Wednesday, May 20, 2009

Is it impossible to believe something because it is true?

I have been thinking about truth quite a lot recently. "Isn't that what philosophers are supposed to do?" Not really.

I guess I have been a card carrying Pragmatist for some time now, and as such I am usually pretty reluctant to make a big philosophical deal out of truth itself. I am more interested in what we might call 'truth markers' - evidence, justification, the social conditions for generating truth, on so on. Besides, most philosophical talk of truth is either banal (it reduces to 'truisms') or infected by the nasty bug of realist metaphysics (more about that on another occasion).

However - and, there is nearly always one of those - Pragmatists are also fallibilists. They are practised in the art of holding firm to the truth of something while keeping aware that it could turn out to be false. Since I know my views could be mistaken, I like to test them now and then by, as Nietzsche puts it, "thinking against myself".

So I have been doing a lot of metaphorical head-scratching lately: "Have I got it all wrong about truth?"

Then this line of argument popped into my head. I'm sure it's fallacious, but I can't yet see why.

And, it seems to cement my Pragmatist views even more firmly in place. No more head scratching for the time being.

Here's the argument (the brief version): "Truth/true" have no philosophical synonyms. Suppose X is an appropriate synonym, then 'Theory of X' will do all the philosophical work of 'Theory of Truth'.

But, after centuries of effort, nobody has been able to come up with an X that fits this bill. Now, since language is not like mathematics, it is highly unlikely that there is such a synonym - it's not that language is opaque in the way that mathematics can be (so there is no word that would do the job, hiding somewhere on the far shores of language or deep in the pages of some huge dictionary). But, we needn't go into this (it could trap us in the thickets of realism again). We can simply say that for working purposes, there is no known synonym. If there is no synonym for it, the word "truth" is not very informative (we know what to do with it, it serves a social function, but it doesn't 'say' anything directly -anything than can be substituted for it).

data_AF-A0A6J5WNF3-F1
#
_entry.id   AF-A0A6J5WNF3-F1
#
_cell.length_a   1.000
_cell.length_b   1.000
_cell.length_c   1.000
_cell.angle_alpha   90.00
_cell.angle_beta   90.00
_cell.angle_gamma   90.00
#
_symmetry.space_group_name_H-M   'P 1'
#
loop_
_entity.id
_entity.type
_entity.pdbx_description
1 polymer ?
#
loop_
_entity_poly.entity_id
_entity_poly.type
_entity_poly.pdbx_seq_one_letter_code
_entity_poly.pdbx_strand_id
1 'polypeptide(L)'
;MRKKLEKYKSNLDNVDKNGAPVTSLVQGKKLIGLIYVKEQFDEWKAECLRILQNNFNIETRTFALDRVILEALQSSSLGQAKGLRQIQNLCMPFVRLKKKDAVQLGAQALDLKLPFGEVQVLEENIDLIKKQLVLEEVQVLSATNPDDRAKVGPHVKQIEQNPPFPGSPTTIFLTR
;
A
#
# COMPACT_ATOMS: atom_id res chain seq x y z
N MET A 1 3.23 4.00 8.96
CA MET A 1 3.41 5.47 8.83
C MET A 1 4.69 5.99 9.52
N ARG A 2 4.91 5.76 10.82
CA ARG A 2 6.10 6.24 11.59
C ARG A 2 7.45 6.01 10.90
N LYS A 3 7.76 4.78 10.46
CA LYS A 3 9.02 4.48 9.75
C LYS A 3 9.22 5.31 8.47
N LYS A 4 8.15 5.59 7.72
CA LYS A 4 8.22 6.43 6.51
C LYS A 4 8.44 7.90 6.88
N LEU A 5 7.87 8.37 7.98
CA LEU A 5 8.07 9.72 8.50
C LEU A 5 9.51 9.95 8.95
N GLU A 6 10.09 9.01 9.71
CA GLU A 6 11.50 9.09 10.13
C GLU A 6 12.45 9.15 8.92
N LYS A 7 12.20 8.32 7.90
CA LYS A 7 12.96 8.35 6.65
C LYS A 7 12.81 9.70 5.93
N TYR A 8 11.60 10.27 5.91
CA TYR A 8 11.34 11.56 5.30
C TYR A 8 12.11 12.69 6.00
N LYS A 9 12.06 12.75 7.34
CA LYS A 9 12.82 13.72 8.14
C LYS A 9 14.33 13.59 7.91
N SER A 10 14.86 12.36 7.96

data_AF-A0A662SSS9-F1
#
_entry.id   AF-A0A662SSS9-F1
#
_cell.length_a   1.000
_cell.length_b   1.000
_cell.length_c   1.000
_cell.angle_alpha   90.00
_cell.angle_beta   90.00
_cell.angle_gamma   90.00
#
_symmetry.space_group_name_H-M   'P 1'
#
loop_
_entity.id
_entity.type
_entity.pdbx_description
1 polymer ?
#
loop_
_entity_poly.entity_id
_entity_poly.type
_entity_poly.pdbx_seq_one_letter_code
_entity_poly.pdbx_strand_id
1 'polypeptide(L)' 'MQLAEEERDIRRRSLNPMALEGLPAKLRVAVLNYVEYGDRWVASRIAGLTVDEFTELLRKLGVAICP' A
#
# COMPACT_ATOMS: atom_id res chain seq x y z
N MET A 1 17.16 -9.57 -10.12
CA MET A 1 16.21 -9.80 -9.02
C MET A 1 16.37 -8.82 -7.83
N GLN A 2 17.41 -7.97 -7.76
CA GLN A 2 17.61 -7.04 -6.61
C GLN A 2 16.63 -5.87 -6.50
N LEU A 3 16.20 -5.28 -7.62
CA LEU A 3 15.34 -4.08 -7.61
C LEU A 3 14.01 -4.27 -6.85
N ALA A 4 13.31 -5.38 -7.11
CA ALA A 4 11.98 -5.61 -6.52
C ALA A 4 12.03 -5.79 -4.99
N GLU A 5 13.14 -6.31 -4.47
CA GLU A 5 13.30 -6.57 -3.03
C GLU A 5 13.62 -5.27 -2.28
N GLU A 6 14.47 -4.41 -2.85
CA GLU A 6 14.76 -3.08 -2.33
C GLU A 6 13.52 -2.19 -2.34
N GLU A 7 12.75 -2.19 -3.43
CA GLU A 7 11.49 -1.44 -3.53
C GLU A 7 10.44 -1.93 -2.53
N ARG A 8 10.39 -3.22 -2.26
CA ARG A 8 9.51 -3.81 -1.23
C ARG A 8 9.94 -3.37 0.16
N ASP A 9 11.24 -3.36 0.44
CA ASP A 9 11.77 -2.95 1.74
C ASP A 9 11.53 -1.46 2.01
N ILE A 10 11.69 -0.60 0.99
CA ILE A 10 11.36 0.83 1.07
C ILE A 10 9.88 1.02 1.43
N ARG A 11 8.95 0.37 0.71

But, it seems to then follow that it is impossible to believe something simply because it is true.

Suppose I say to you "You should be believe P" and when you ask why, I say "Because it is true" - then you start behaving exactly as if you believe P.

What is going on? Can you have come to believe P solely because it is true? Surely not. Since "true" has no synonym, I might as well have said "Believe it because K" without telling you what K stands for. Your coming to believe P must have involved something else: either your belief that when I say something is true it is usually true (as when you value my opinion of wine and I say that the 1995 merlot is a good wine) or something in the content of P that links up with something else, say evidence, that leads you to believe P.

For Pragmatists, truth is like a stamp of approval - not that interesting in itself. The important philosophical issues surround the circumstances in which it is awarded correctly, and the implications thereof.

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